Last edited by Cuchulainn on June 11th, 2018, 8:18 pm, edited 4 times in total.
http://www.datasimfinancial.com
http://www.datasim.nl

Every Time We Teach a Child Something, We Keep Him from Inventing It Himself
Jean Piaget
 
User avatar
Traden4Alpha
Posts: 23951
Joined: September 20th, 2002, 8:30 pm

Re: If you are bored with Deep Networks

June 11th, 2018, 8:13 pm

@Cuchilainn: "This probably means that the problem is "ill-posed" in some way."


Sometimes it's easier to use a scotch tape rather than shift a paradigm :-)
Let's take Goodfellow's adversarial example page 261
Problem space: it is a panda even when the image is perturbed by a small amount. That's a fact. .

Representation space (algorithm). The algo recognises a panda in the unperturbed and in the perturbed case it a funky gibbon. Your algo must also return a panda in both cases.
Conclusion: the algorithm is wrong. I can't think of any other explanation.
//
The analogy in another domain in inventing negative probabilities and other profanities (name-dropping names like Dirac and Feynman) to explain away when the binomial breaks down. It's quite possibly fallacious thinking. I suspect that this is becoming the standard 'scientific method', i.e fixing and fudging.
Is the "perturbation" a physically accurate one? And was the net trained with examples perturbed in this way?
 
User avatar
Cuchulainn
Posts: 61624
Joined: July 16th, 2004, 7:38 am
Location: Amsterdam
Contact:

Re: If you are bored with Deep Networks

June 11th, 2018, 8:27 pm

Is the "perturbation" a physically accurate one? 

Humans see it as a panda. So yes. It looks awfully like a panda.


And was the net trained with examples perturbed in this way?
I don't do pandas. So I don't know. ISM??

Image
http://www.datasimfinancial.com
http://www.datasim.nl

Every Time We Teach a Child Something, We Keep Him from Inventing It Himself
Jean Piaget
 
User avatar
Cuchulainn
Posts: 61624
Joined: July 16th, 2004, 7:38 am
Location: Amsterdam
Contact:

Re: If you are bored with Deep Networks

June 11th, 2018, 8:37 pm

Another crazy question. I'm wondering about the opposite to what you wrote about the proximity of the classification boundary: your input does not cover the full space - the points are probably denser in some regions than others and there are empty areas in this space. Based on my understanding of Voronoi partition, these empty areas will also be assigned to some clusters - practically at random. What if the problem is like in situation 1 from the attached picture?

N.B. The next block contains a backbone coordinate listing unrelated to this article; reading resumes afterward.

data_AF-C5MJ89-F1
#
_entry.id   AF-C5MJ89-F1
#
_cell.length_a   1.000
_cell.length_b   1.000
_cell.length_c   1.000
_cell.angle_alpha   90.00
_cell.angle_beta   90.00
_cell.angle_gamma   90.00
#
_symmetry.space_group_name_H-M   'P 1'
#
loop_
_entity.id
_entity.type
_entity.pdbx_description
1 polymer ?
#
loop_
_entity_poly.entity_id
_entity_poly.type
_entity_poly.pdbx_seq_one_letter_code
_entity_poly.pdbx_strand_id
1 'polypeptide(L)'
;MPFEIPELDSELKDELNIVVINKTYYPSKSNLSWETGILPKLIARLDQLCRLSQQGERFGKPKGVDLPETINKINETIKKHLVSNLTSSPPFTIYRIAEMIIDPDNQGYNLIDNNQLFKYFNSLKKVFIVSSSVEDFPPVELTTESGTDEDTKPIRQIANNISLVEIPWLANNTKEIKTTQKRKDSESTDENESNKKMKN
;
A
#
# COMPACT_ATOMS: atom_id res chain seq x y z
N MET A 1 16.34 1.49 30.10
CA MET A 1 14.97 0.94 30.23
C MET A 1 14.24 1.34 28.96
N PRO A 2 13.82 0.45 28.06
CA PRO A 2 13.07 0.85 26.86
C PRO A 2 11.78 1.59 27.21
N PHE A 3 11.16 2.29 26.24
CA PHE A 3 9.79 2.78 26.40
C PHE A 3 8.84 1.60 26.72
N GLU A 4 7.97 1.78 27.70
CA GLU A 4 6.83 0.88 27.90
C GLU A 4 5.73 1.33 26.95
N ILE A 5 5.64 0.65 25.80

Some links
https://www.maths.tcd.ie/~odunlain/papers.html
http://www.datasimfinancial.com
http://www.datasim.nl

Every Time We Teach a Child Something, We Keep Him from Inventing It Himself
Jean Piaget
 
User avatar
katastrofa
Posts: 8992
Joined: August 16th, 2007, 5:36 am
Location: Alpha Centauri

Re: If you are bored with Deep Networks

June 11th, 2018, 10:52 pm

@Cuchilainn: "This probably means that the problem is "ill-posed" in some way."


Sometimes it's easier to use a scotch tape rather than shift a paradigm :-)
Let's take Goodfellow's adversarial example again, page 261
Problem space: it is a panda even when the image is perturbed by a small amount. That's a fact.  And this is reality to be modelled.

Representation space (algorithm). The algo recognises a panda in the unperturbed case and in the perturbed case it is a funky gibbon. Your algo must also return a panda in both cases.
Conclusion: the algorithm is wrong. I can't think of any other explanation.
//
The analogy in another domain in inventing negative probabilities and other profanities (name-dropping names like Dirac and Feynman to help the cause) to explain away when the binomial breaks down. It's quite possibly fallacious thinking. I suspect that this is becoming the standard 'scientific method', i.e fixing and fudging.
It would be a problem if a scientist did that (use Scotch tape). It's fine though when it's an engineer. One rolls up the sleeves and get hands dirty in the guts of the algorithm. There are probably several effects that make it fail - they need to be identified and fixed. That can be the way to developing a more robust approach. Just my basic philosophy - you probably know better how it works in both cases.
 
User avatar
ISayMoo
Topic Author
Posts: 2293
Joined: September 30th, 2015, 8:30 pm

Re: If you are bored with Deep Networks

June 12th, 2018, 8:23 am